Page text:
What is an SMB? Small to Medium-Sized Business Definition, Examples, and What Sales Needs to Know

What is an SMB? Small to Medium-Sized Business Definition, Examples, and What Sales Needs to Know

SMB (or small to medium-sized businesses) refers to a wide range of businesses, including B2B and B2C organizations. And more often than not, they’re punching far above their weight.

If you’re selling to small and midsize businesses, you need to understand how they think, what they need, and which pieces of this large sector of businesses you need to pay attention to.

So what are SMBs, and how does understanding the needs of small and medium-sized businesses help your sales team succeed?

What is an SMB (Small to Mid-Sized Business): Definition

An SMB (small to medium-sized business) is generally defined by the number of employees and the business’s annual revenue. Most people define SMBs as companies with fewer than 1000 employees, and less than $1 billion in annual revenue.

The world of SMB is a unique, wonderful place, but it also comes with its own challenges. While large enterprises may worry more about overall market share and profits, small businesses worry more about making sure they’re staying under-budget with their purchases, saving time, and avoiding risks that might damage their business.

Examples of SMBs

An SMB company can be in any industry, and most of the businesses we interact with daily are SMBs—in fact, small businesses account for 99% of all firms in the US.

In B2C, a small to medium-sized business might include a local shop or restaurant, an Etsy shop, or a service-based business in your area. Larger businesses (aka enterprise companies) include companies like Amazon, Apple, or Starbucks.

In B2B, examples of small to medium businesses include startups like Close, as opposed to larger companies like Salesforce or SAP. B2B examples of SMB businesses also include freelancers and small agencies that provide support and services to other businesses.


The Benefits & Challenges of SMB for Sales Teams

Whether you’re a large company or small business, selling to SMBs has quite a few benefits, especially for sales teams. Here are a few advantages of selling to small and mid-sized businesses:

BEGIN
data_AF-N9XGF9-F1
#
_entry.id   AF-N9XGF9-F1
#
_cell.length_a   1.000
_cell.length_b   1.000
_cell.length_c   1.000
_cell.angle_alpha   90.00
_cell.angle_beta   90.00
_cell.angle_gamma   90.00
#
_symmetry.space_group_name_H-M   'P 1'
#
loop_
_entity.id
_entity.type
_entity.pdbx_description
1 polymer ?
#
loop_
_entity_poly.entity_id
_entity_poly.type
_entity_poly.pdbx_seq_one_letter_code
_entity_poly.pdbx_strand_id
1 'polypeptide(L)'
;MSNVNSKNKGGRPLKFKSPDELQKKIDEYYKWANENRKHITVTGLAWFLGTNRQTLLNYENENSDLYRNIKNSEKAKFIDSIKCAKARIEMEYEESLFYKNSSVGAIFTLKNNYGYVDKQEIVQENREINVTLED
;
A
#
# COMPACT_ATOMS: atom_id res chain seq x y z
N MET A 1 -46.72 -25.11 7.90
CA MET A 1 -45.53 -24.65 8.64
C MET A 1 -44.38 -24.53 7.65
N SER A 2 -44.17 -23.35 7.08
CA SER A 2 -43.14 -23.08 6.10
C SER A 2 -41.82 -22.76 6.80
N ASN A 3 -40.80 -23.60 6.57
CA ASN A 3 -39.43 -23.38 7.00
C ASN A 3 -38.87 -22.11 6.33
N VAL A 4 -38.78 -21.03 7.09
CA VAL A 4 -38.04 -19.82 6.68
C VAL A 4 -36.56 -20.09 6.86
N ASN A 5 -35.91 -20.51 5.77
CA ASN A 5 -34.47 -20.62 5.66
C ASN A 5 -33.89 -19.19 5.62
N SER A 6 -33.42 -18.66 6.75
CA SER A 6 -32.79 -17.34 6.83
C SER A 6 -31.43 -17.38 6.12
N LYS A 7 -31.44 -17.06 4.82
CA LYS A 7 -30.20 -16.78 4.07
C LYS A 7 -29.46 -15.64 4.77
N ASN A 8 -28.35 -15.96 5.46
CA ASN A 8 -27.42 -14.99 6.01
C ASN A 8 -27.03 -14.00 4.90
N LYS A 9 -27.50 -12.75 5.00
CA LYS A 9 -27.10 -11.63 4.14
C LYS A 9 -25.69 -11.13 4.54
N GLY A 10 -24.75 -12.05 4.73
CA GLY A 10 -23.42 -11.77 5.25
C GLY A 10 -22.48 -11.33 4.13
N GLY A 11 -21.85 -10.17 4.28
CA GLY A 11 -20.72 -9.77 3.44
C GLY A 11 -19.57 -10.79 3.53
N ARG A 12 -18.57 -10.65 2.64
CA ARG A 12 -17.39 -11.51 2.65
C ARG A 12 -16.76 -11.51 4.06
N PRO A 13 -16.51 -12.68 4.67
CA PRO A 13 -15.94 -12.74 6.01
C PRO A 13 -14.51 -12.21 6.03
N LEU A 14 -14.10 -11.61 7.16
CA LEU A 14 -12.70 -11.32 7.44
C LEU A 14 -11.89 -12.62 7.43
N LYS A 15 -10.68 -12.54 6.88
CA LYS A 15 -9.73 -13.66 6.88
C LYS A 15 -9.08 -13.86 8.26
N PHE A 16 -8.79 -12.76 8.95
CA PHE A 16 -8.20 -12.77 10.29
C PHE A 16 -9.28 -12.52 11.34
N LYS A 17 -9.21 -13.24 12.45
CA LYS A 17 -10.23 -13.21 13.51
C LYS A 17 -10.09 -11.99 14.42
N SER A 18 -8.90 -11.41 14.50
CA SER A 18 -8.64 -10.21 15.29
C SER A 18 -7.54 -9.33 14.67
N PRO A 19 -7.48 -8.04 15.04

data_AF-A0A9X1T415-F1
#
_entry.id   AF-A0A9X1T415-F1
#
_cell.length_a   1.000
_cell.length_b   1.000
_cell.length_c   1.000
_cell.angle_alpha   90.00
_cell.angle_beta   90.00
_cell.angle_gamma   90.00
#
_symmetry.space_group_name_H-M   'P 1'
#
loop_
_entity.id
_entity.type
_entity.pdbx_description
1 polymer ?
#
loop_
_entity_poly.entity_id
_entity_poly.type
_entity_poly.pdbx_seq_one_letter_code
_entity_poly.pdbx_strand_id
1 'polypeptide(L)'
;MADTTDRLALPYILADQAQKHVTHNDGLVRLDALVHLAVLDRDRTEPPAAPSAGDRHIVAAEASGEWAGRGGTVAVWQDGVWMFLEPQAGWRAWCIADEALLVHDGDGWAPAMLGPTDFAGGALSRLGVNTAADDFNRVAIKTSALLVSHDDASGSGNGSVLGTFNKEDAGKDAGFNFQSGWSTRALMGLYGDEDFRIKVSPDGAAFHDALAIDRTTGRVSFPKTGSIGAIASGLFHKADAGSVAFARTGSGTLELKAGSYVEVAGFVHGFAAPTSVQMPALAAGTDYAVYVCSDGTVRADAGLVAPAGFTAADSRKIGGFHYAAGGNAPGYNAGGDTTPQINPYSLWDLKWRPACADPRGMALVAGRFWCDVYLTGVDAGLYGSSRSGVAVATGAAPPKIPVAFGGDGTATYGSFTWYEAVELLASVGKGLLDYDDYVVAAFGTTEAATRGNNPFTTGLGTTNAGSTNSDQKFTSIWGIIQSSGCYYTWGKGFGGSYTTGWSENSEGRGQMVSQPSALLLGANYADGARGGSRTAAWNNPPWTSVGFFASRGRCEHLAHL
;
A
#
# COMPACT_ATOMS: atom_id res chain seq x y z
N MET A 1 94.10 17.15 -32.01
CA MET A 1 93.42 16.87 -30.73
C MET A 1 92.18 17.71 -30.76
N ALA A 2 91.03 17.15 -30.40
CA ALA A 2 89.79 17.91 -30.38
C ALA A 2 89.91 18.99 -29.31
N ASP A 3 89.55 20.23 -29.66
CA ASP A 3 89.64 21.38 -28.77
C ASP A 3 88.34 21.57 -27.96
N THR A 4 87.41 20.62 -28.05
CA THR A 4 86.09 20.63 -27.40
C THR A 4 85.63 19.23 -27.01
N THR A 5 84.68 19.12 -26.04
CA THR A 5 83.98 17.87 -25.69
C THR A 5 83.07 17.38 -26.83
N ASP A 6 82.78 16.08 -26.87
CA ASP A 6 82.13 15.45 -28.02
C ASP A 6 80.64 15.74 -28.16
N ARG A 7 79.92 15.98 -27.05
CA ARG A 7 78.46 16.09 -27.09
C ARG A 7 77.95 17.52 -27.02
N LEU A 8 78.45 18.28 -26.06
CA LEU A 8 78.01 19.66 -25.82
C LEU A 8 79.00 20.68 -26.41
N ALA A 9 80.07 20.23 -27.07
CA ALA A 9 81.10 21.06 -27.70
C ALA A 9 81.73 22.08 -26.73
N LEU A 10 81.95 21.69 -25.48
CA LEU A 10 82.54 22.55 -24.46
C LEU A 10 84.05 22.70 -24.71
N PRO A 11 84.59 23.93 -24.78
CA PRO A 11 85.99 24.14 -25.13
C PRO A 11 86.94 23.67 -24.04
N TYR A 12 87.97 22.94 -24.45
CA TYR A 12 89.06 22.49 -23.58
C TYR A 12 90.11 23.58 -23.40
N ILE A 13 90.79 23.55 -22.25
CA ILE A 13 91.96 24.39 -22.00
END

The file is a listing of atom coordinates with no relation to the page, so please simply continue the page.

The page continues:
• Shorter sales cycles: SMBs have fewer people involved in making decisions, meaning they can work faster than larger companies. Selling to SMBs means your sales cycles will be shorter, increasing the number of closed deals.
  • Easier to access decision-makers: It’s a lot easier to cut through the red tape in an SMB. The smaller the business, the easier it is to find and contact the people at the top who will be involved in purchasing your products.
  • Build ongoing relationships: Building relationships and long-term partnerships with small businesses is much easier than with larger companies as the owners and employees tend to be less busy and may stay longer in the same role.
  • Easier to qualify leads: Large enterprises have many moving parts, making it hard to tell if they’re a good fit for your solution. SMB companies tend to be more straightforward and are interested in saving themselves time, meaning you’ll be able to qualify faster.

There are also some clear challenges unique to SMB sales, including:

  • Higher risk aversion: Considering only 50% of small businesses survive more than five years, most SMBs are highly risk averse and unwilling to take chances regarding their business. From a sales perspective, this makes overcoming objections crucial.
  • Smaller deals: With smaller budgets and fewer team members, SMB deals are smaller than enterprise deals, so you’ll need to close more deals to drive profits.

What is the Difference Between SMB and Enterprise?

Here are the main differences between SMBs and enterprise companies:

Number of Employees

Gartner defines small businesses as companies with fewer than 100 employees, and midsize businesses as companies with fewer than 1000 employees. Larger enterprises tend to have 1000+ employees.

Annual Revenue

An SMB sees an annual revenue at less than $1 billion, while enterprises could earn annual revenue much higher than that.

Buying Process

The buying process for SMBs is often shorter and more straightforward. Fewer people are involved in every deal, and there is less red tape to cut through to get approvals. That said, small businesses are cautious about spending money, so they need to know that what they’re purchasing is worthwhile and can provide value to their business as a whole.

For enterprise companies, a sales cycle of up to 18 months is considered normal. This is because enterprise deals are complex, and involve a lot of decision-makers and stakeholders.

Pain Points

In very broad terms, all customer pain points fit into one of these four main categories:

SMB pain points chart finances productivity processes support